24. A method according to claim 18 wherein said crystal lattice parameters a and c are in the ranges:
a=4.85˜4.96 (A)
c=7.95˜8.18 (A).
Description

This is a division, of application Ser. No. 760,421, filed Jan. 18, 1977, now U.S. Pat. No. 4,153,484.

The present invention relates to material for storage, preservation and transport of hydrogen.

It is known that in certain conditions of temperature and pressure of gaseous vapour, metals such as the transition elements of Groups III˜V of the periodic table may keep, absorb or combine chemically with hydrogen in high density to form metal hydrides, for example, LaH3, CeH3, TiH2, ZrH2, VH, and NbH, in which there is a maximum of three hydrogen atoms to one atom of the metal, and that when temperature and pressure conditions are subsequently changed in a specific manner absorbed hydrogen is released from these hydrides. Thus, hydrogen may be stored under safer conditions and may be transported more easily than is possible using conventional hydrogen cylinders, and may be made available as a gas when required. However, in comparison with a conventional hydrogen storage method in pressure vessels use of these substances has the disadvantage that comparatively extreme ambient conditions must be achieved in order to effect absorption and desorption of hydrogen thereby, since the substances form comparatively strong bonds with hydrogen. For example, if titanium is employed, when the pressure is in the vicinity of normal pressure, the metal must be heated to approximately 400° C. to permit effective absorption of hydrogen to proceed and must be heated to approximately 600° C. to cause subsequent desorption of hydrogen. The requirement for such high temperatures is of course disadvantageous from the viewpoint of fuel costs and also from the viewpoint of necessary equipment, particularly at distribution terminals where the hydrogen is employed. To overcome this disadvantage, a variety of other metallic materials for storing hydrogen have been proposed, typical examples being titanium or zirconium alloys such as FeTi, Ti (or Zr)-Cu alloys, Ti (or Zr)-Ni alloys and Ti (or Zr)-Co alloys, magnesium alloys such as Mg2 Cu and Mg2 Ni, and rare earth compounds such as LaNi5.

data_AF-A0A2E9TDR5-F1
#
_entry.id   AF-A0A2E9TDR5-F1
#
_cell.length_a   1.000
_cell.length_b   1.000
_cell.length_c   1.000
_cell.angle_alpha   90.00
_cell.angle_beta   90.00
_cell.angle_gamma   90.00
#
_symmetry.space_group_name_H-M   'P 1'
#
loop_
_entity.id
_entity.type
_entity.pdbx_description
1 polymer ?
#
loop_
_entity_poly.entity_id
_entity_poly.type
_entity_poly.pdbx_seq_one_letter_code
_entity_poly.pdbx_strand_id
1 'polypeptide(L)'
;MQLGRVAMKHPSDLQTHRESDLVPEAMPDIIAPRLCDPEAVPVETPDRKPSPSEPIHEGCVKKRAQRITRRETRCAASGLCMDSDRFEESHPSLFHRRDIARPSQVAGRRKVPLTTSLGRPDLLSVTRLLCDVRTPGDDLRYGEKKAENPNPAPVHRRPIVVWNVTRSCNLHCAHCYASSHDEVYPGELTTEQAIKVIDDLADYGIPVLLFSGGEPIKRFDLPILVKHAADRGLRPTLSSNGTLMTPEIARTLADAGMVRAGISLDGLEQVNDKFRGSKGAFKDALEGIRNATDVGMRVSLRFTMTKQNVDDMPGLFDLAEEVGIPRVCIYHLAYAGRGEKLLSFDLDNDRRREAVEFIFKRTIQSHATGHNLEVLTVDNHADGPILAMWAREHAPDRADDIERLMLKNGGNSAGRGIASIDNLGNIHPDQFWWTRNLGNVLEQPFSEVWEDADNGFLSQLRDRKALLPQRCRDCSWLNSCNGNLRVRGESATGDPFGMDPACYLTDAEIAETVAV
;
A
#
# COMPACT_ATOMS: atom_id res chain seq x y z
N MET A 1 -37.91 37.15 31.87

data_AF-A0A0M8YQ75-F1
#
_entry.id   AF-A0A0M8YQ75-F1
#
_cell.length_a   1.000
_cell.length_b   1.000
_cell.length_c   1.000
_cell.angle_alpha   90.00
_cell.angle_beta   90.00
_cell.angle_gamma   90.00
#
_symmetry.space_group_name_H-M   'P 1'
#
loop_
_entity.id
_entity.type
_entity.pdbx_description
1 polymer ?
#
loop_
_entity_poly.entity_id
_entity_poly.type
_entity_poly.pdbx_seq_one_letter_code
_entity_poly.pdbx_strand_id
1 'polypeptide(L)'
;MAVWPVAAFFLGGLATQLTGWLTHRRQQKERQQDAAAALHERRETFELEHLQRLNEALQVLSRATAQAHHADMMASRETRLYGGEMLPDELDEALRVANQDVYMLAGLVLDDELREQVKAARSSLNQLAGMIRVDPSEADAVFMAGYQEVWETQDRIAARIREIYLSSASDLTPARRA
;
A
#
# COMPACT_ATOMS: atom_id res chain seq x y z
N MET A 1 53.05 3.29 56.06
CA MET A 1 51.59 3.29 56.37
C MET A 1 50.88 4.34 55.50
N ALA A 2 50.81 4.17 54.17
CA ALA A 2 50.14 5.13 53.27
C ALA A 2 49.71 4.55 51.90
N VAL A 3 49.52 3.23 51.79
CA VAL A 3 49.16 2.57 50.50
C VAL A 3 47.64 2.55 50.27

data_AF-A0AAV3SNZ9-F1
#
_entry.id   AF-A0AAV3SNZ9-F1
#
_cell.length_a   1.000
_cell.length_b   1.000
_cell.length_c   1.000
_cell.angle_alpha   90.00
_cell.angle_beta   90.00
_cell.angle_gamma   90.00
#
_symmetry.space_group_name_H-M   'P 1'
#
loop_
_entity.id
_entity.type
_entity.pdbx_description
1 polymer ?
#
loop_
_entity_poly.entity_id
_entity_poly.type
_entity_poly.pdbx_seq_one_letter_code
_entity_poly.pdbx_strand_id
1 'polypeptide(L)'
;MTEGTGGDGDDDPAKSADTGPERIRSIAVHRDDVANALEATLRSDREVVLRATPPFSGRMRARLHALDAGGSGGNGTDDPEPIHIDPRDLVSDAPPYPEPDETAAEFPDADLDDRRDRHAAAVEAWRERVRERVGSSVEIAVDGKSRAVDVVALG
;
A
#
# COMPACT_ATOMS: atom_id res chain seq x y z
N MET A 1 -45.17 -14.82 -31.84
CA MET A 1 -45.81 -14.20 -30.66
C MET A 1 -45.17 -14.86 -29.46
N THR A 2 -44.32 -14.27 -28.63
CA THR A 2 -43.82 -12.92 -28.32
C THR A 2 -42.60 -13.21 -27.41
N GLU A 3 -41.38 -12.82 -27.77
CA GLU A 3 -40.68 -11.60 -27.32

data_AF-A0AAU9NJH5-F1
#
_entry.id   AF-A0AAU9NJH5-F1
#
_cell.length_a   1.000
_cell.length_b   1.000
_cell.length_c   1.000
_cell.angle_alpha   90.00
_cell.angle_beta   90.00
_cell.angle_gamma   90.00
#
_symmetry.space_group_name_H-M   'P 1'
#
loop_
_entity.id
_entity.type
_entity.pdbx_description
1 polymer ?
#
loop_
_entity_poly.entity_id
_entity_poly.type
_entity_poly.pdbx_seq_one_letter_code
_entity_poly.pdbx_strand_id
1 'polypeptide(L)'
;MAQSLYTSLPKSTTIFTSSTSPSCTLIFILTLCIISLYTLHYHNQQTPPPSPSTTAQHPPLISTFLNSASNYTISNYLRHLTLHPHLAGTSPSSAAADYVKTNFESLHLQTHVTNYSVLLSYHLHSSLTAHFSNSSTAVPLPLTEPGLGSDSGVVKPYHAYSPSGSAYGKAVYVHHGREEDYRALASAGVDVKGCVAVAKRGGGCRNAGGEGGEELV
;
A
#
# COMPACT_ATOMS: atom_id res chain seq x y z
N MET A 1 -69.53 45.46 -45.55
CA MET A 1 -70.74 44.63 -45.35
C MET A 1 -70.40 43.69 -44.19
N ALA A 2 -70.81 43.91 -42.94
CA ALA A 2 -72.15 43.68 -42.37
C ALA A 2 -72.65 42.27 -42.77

Of these materials, the magnesium alloys for example, permit storage of a comparatively large amount of hydrogen per unit weight of storage material. However, when magnesium alloys are employed, considerable energy must be supplied to effect desorption of stored hydrogen, since the dissociation pressure at room temperature is very low, and desorption of hydrogen can be effected only under conditions of high temperature exceeding 250° C., and even under these conditions, it takes a long time and needs a large amount of energy. In contrast to this, the dissociation pressure of hydrogen stored in rare earth compounds is several atmospheres at room temperature, and both absorption and desorption of hydrogen can therefore be effected efficiently and comparatively rapidly at room temperature. On the other hand, the amount of storable hydrogen per unit weight of storage material is slightly less than that for other types of storage material, in addition to which there is of course the disadvantage from the viewpoint of large-scale use that rare earth materials are extremely expensive. Of the titanium alloys, the material which has been considered to be most promising is ferro-titanium, FeTi alloy, which has the advantages that it is comparatively cheap, that the dissociation pressure of hydrogen combined therewith is several atmospheres at room temperature, and that qualities of the material remain substantially unchanged after repeated absorption and desorption of hydrogen thereby. However, FeTi alloy also has disadvantages, in that a high temperature of over about 350° C. and high pressure of over about 30 atmospheres are necessary for initial hydriding thereof, that the rates of absorption and desorption of hydrogen thereby are comparatively slow, and that there is a certain amount of hysteris effect in the hydrogen absorption and desorption cycle effected therein, i.e., it is difficult to effect discharge of the complete amount of hydrogen absorbed by the material.

It is accordingly a principal object of the invention to provide improved hydrogen storage material in which the dissociation pressure of combined hydrogen is several atmospheres at room temperature, which is able to absorb and desorb hydrogen at high rates in normal temperature conditions, and which is of comparatively low cost, whereby said material is of great practical application.

It is a further object of the invention to provide hydrogen storage material which is suitable for employment by being enclosed in a pressure container for storage, preservation and transport of hydrogen gas.